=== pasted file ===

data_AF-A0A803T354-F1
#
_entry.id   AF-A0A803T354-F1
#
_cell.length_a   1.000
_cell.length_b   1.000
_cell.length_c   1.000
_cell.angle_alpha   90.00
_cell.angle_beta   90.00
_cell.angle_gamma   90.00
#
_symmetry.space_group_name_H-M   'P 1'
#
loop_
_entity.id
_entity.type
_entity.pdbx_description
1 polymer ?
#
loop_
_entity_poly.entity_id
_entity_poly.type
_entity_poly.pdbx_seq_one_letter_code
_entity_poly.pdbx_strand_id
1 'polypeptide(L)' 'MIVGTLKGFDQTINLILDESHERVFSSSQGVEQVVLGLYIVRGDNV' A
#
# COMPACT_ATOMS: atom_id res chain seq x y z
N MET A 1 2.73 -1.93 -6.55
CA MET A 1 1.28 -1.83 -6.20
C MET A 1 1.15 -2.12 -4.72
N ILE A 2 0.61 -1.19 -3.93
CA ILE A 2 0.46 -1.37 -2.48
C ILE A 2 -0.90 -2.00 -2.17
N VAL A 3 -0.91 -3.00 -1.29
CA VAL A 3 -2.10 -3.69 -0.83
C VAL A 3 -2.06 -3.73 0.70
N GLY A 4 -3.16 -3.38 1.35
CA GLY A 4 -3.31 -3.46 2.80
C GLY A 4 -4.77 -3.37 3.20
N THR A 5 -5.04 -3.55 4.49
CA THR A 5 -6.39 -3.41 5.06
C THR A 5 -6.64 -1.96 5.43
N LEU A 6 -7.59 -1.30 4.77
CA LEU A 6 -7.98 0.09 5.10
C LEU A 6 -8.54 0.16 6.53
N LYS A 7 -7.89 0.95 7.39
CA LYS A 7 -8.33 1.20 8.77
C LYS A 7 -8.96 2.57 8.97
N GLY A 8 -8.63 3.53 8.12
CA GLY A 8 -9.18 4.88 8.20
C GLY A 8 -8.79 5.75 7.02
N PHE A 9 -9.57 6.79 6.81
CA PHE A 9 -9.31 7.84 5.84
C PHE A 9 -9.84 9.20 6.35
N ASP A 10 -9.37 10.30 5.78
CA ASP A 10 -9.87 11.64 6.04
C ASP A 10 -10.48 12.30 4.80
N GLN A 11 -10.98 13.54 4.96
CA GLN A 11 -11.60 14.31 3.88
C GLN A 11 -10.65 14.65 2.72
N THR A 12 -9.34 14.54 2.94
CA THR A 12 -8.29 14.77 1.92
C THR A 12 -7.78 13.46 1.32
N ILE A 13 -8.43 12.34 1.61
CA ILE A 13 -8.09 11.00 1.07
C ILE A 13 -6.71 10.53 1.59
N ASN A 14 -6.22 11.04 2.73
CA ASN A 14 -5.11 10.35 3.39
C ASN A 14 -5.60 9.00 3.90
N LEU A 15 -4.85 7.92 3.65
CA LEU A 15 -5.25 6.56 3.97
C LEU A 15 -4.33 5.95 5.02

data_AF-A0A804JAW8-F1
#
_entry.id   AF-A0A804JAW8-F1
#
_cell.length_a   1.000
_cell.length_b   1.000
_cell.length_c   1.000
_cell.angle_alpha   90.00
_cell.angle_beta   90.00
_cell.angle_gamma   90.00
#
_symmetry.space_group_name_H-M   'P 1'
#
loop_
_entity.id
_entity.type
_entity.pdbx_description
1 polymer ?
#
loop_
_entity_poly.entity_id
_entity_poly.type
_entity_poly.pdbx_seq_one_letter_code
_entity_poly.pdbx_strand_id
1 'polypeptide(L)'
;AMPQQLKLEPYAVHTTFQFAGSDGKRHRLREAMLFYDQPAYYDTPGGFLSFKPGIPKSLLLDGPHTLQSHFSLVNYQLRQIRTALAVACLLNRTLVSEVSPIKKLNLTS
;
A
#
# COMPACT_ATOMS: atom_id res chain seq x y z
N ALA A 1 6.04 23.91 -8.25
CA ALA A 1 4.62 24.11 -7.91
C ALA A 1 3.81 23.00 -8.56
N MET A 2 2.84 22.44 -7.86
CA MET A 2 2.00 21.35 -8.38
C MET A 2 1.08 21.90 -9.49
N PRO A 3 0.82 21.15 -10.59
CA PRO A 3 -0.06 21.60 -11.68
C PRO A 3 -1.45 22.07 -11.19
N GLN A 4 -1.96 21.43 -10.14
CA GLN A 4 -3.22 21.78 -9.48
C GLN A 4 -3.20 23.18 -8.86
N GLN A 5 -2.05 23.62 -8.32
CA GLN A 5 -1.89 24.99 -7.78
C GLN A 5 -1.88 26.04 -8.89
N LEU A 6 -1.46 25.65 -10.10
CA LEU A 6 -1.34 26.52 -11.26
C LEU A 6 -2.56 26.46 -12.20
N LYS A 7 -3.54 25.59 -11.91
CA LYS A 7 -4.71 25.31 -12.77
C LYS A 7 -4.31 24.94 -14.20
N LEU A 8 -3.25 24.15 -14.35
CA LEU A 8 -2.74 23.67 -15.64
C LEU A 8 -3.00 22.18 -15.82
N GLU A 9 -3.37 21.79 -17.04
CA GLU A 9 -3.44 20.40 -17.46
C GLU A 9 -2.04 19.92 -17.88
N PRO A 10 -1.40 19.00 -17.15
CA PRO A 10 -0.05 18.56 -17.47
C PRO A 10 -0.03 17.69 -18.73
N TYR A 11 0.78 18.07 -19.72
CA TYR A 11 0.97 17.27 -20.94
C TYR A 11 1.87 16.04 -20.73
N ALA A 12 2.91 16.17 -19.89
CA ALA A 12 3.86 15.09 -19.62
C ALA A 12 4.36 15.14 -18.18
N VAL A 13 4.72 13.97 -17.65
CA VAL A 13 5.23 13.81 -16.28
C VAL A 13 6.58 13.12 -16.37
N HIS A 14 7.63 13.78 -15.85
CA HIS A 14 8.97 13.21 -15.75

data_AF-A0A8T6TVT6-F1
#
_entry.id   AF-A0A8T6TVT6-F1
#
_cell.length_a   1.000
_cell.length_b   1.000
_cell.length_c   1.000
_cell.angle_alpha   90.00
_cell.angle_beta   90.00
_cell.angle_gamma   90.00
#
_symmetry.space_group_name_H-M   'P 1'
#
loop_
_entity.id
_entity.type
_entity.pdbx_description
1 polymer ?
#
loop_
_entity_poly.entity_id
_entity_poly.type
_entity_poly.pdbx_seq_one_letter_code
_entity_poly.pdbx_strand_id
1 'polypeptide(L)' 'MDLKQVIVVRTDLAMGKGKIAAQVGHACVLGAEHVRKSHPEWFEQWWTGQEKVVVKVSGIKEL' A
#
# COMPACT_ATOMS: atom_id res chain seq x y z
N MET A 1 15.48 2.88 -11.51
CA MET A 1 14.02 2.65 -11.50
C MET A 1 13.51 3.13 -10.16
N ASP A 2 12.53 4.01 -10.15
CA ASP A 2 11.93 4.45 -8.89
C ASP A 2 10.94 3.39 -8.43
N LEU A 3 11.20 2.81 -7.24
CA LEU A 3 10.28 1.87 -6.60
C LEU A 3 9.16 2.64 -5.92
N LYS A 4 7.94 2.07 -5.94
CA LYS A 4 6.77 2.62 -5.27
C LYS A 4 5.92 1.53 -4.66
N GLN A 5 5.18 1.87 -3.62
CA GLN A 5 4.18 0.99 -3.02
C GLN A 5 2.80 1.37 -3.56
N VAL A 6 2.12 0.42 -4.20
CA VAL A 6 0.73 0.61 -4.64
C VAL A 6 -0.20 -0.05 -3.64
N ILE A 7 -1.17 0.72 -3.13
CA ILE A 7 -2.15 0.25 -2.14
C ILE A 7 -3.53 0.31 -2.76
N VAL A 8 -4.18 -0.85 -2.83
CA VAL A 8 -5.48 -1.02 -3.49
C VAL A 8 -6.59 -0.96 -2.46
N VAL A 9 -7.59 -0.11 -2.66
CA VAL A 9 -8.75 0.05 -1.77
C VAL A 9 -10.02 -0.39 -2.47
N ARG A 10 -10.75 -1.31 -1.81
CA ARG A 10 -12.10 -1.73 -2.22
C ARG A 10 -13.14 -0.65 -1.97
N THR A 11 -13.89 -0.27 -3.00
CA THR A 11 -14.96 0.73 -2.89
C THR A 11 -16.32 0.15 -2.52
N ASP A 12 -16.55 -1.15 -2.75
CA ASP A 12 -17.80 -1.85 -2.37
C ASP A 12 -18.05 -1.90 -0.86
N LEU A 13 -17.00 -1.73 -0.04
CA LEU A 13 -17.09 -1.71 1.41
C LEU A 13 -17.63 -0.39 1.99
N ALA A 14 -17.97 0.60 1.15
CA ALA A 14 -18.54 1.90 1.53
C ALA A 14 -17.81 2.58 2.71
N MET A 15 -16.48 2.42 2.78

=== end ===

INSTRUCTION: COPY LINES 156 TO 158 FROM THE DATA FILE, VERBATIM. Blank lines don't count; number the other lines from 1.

#
loop_
_entity.id